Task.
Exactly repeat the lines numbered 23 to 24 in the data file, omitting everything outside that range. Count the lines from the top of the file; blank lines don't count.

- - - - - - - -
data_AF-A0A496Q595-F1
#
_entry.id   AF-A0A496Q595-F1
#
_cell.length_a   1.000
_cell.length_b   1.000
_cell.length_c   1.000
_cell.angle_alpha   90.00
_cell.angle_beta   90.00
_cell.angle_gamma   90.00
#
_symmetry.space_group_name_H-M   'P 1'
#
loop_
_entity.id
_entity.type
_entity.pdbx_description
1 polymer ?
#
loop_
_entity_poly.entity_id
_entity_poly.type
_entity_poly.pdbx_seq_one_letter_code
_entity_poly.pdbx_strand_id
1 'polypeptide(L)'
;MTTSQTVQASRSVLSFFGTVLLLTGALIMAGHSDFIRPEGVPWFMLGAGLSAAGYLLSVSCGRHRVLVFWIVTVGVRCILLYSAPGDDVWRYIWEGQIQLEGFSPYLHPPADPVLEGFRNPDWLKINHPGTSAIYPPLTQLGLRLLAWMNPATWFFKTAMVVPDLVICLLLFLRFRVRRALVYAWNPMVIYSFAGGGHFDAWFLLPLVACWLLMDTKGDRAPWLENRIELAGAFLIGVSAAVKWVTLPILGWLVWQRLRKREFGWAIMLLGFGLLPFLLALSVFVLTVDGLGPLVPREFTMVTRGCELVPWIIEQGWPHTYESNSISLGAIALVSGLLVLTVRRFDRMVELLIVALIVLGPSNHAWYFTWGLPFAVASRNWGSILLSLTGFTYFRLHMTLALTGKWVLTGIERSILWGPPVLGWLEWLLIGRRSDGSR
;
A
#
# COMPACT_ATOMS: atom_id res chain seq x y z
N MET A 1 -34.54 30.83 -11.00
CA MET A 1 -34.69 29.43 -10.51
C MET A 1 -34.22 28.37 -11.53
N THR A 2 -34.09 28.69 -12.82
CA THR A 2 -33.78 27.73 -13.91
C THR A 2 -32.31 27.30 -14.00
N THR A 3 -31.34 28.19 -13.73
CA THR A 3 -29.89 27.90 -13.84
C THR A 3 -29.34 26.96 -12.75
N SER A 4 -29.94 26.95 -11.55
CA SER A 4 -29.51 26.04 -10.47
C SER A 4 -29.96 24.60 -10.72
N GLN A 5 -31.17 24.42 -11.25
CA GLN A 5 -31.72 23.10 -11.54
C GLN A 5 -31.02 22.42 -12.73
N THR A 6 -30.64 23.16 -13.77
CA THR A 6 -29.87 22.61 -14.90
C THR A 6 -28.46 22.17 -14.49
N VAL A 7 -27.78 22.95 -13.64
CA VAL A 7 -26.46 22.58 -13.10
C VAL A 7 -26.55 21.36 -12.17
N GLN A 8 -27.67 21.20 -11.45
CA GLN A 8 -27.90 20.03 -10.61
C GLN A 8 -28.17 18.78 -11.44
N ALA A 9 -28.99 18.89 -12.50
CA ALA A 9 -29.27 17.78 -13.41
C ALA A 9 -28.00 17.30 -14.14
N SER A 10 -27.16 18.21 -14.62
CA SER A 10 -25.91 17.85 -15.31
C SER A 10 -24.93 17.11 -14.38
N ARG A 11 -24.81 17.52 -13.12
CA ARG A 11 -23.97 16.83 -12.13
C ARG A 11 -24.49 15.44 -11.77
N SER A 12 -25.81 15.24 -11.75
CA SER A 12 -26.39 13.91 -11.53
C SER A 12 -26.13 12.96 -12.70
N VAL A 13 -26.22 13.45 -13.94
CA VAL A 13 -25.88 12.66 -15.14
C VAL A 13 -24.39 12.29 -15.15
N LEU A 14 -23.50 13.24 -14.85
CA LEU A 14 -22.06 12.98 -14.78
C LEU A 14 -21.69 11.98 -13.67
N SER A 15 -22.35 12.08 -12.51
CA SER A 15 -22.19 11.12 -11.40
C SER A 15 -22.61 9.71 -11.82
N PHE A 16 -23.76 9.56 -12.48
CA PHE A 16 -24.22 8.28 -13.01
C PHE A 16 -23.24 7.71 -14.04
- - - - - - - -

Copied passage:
_entity_poly.pdbx_seq_one_letter_code
_entity_poly.pdbx_strand_id